Hello! Anybody out there/

All the best for the holidays and for the New Year.

Be well. Be safe. Be happy! -- dio
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Post by Dionysus » Sun Dec 06, 2015 10:23 pm

Hello! Anybody out there/

All the best for the holidays and for the New Year.

Be well. Be safe. Be happy! -- dio
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Post by Dionysus » Sun Dec 06, 2015 10:24 pm

Hello! Anybody out there/

All the best for the holidays and for the New Year.

Be well. Be safe. Be happy! -- dio
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Post by Dionysus » Tue Dec 08, 2015 1:00 pm

Hello out there! Happy holidays to all. Be safe. Be well. Be happy. -- dio
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Post by CarmelaBear » Fri Apr 29, 2016 7:33 am

It might take a while to get my sea legs back at these Conversations. Since the summer of 2015, I've been taking courses at the university, and the class material has been grist for the mill. Subjects--race, poverty, crime and the war on terror.

Originally, these Conversations got my attention because of the initial experience of watching the Power of Myth on PBS in 1989. Since then, I became more familiar with the work of Campbell and noticed the wide impact he had on world culture, the American experience and my own life. His influence has played a major part in the development of art as a category of human activity, and it has influenced the art of human activity itself, (like the art of living, the art of medicine and the art of war).

I enjoy being here, where I commit my thoughts, (though too many of those thoughts might turn out to be mistaken or silly or just plain stupid). Because of the flaws and limitations of what I do here, it has to give me pause. It seems to me that it needs to be questioned, and I often wonder if it is where my time and energy should be invested. On a continuous quest for something more effective or blissful or greater, I have attempted other ways to be. Like it or not, they were less successful or satisfying or safe. Experimentation and experience led me back here, again and again, where I am not afraid to be my own imperfect self.

The long break occasioned by the problems with the website gave me an opportunity to consider the matter one more time.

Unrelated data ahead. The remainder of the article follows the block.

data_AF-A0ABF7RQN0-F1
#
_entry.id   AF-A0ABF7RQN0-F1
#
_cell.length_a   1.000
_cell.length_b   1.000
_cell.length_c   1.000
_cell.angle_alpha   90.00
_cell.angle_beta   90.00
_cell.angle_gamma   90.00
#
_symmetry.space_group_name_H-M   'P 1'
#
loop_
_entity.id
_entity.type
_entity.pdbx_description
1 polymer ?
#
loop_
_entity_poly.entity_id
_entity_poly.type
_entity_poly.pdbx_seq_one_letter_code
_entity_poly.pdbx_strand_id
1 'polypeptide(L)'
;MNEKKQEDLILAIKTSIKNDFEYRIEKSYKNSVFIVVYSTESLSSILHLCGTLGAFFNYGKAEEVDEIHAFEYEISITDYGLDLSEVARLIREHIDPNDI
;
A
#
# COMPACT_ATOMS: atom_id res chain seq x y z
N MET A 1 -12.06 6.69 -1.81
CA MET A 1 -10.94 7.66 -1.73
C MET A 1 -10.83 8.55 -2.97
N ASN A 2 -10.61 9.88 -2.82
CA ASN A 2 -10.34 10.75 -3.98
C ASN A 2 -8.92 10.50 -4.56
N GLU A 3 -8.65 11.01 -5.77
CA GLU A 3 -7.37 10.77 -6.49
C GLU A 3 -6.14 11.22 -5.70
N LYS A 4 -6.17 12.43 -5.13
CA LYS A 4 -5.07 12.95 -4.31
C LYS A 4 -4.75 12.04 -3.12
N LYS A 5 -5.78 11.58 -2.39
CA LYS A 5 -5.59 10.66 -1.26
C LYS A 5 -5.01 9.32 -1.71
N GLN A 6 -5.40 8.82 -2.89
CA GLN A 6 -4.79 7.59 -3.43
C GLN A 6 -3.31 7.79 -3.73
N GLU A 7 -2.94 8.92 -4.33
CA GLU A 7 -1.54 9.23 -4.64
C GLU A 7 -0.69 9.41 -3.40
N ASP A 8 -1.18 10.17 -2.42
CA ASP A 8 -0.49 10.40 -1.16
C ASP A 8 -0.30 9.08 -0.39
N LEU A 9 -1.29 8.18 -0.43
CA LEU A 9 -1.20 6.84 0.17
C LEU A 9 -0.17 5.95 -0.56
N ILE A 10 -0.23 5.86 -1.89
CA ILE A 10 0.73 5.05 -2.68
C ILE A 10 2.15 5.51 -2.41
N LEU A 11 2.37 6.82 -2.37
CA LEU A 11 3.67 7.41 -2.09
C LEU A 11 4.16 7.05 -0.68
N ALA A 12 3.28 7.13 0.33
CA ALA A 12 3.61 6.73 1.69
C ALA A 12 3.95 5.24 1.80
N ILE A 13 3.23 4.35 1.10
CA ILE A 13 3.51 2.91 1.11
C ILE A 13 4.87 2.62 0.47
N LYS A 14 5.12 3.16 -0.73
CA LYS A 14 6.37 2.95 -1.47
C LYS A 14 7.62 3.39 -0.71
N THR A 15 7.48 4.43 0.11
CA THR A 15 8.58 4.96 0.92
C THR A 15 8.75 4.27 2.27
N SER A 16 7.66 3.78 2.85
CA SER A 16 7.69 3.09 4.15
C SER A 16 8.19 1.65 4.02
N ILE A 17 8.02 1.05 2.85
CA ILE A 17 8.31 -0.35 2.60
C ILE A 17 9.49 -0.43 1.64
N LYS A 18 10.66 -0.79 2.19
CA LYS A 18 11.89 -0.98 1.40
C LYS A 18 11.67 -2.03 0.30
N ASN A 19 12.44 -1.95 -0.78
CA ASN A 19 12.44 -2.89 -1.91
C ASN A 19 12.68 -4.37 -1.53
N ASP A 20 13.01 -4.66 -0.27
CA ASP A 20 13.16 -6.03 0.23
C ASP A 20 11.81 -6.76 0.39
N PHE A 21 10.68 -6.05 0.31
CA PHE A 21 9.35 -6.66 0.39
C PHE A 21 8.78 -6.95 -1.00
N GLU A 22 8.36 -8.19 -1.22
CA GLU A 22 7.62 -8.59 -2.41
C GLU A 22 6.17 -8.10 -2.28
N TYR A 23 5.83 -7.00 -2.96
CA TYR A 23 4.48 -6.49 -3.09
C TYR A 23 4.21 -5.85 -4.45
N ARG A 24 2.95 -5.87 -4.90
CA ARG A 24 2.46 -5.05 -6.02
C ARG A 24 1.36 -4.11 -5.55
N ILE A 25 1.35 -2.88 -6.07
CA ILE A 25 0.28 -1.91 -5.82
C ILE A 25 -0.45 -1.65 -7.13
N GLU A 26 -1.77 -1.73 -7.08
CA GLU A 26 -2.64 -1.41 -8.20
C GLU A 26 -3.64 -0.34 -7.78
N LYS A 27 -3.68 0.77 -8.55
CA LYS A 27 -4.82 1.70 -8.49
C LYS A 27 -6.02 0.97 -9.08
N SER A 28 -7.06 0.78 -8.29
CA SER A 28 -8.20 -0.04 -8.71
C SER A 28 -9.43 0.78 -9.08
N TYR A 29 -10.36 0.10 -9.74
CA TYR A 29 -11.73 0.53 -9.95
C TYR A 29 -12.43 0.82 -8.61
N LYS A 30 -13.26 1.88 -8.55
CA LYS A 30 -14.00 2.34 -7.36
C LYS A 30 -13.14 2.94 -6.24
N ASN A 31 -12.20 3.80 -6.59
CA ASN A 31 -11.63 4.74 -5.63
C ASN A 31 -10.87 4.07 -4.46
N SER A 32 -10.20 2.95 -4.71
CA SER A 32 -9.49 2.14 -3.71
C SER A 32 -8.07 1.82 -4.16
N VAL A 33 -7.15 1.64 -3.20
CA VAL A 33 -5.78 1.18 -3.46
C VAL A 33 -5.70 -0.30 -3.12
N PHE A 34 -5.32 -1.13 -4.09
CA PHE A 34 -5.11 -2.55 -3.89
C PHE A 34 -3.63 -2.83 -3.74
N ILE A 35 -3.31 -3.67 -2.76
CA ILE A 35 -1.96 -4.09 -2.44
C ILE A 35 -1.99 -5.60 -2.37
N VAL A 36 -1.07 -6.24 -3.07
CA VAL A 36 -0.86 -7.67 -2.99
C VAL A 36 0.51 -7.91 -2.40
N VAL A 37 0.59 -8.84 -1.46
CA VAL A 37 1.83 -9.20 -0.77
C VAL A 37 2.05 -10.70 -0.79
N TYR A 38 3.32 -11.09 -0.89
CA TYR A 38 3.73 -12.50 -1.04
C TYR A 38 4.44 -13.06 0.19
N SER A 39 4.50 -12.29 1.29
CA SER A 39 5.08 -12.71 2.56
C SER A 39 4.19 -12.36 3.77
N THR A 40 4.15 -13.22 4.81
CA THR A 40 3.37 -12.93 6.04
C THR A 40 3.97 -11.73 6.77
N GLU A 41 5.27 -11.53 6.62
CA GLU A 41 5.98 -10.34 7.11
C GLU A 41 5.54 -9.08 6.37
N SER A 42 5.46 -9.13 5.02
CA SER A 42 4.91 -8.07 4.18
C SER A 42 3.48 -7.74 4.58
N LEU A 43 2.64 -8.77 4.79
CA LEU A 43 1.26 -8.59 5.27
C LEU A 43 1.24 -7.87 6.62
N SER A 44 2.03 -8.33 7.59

What is the saying? Those who agonize don't act and those who act don't agonize? Writing is my "action", and as I now place my finger tips on the keys of my computer, I am not not aware of doing a whole lot of agonizing. It feels like I am simply thinking and tapping out the letters. Try as I might to worry over my presence here, the angst simply eludes me. The step-by-step analysis of the causes of this singular behavior requires a great deal more commitment than I am prepared to offer on the business of questioning the wisdom of my ways.

Whatever the limitations of this experience, I love it here. It feels great to be among friends, doing what I love and feeling at home. There is hardly enough gratitude in the universe for all the wonderful people who make this forum possible. Special thanks to all of you.

~

Home, Sweet Home.

~
Once in a while a door opens, and let's in the future. --- Graham Greene
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Post by JamesN. » Fri Apr 29, 2016 10:10 am

Welcome back Carmela; glad you are here. I agree; there is just no place like the forums; at least none that I have come across. It's just so special and means so much to many of us. Yes; getting back into the swing of things always feels a little fuzzy at first; but not to worry; it all comes back into focus; it just may take a little while that's all. Looking forward to reading your posts. All the best.

Cheers, James
:)
What do I know? - Michael de Montaigne
Dionysus
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Post by Dionysus » Fri Apr 29, 2016 8:20 pm

Hello all who are listening. Now running an affordable housing project for disenfranchised people and those in recovery from drugs and alcohol. The program is a one-strike and you're out program and includes human growth potential workshops, a temporary work program and gardens and greenhouses for organic food production to be distributed to food pantries, WIC and our own program members.

Also directing a play, From Door to Door, by James Sherman, which follows the lives of three generations of Jewish women and is a wonderful and moving theatre experience. Opening at The Lauren Clark Fine Arts Gallery in Great Barrington, MA. may 6th.

Also am organizer for the Bernie Sanders campaign, here in MA.

Busy, busy, busy. Hope you are well. safe and happy.
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Post by Dionysus » Fri Apr 29, 2016 8:27 pm

And a special hello to Bear. Missed your words and energy. Peace, Sister. -- dio
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Post by JamesN. » Fri Apr 29, 2016 9:22 pm

Dionysus that is terrific. Sounds like you are on a roll. Much success with all your projects! :)
What do I know? - Michael de Montaigne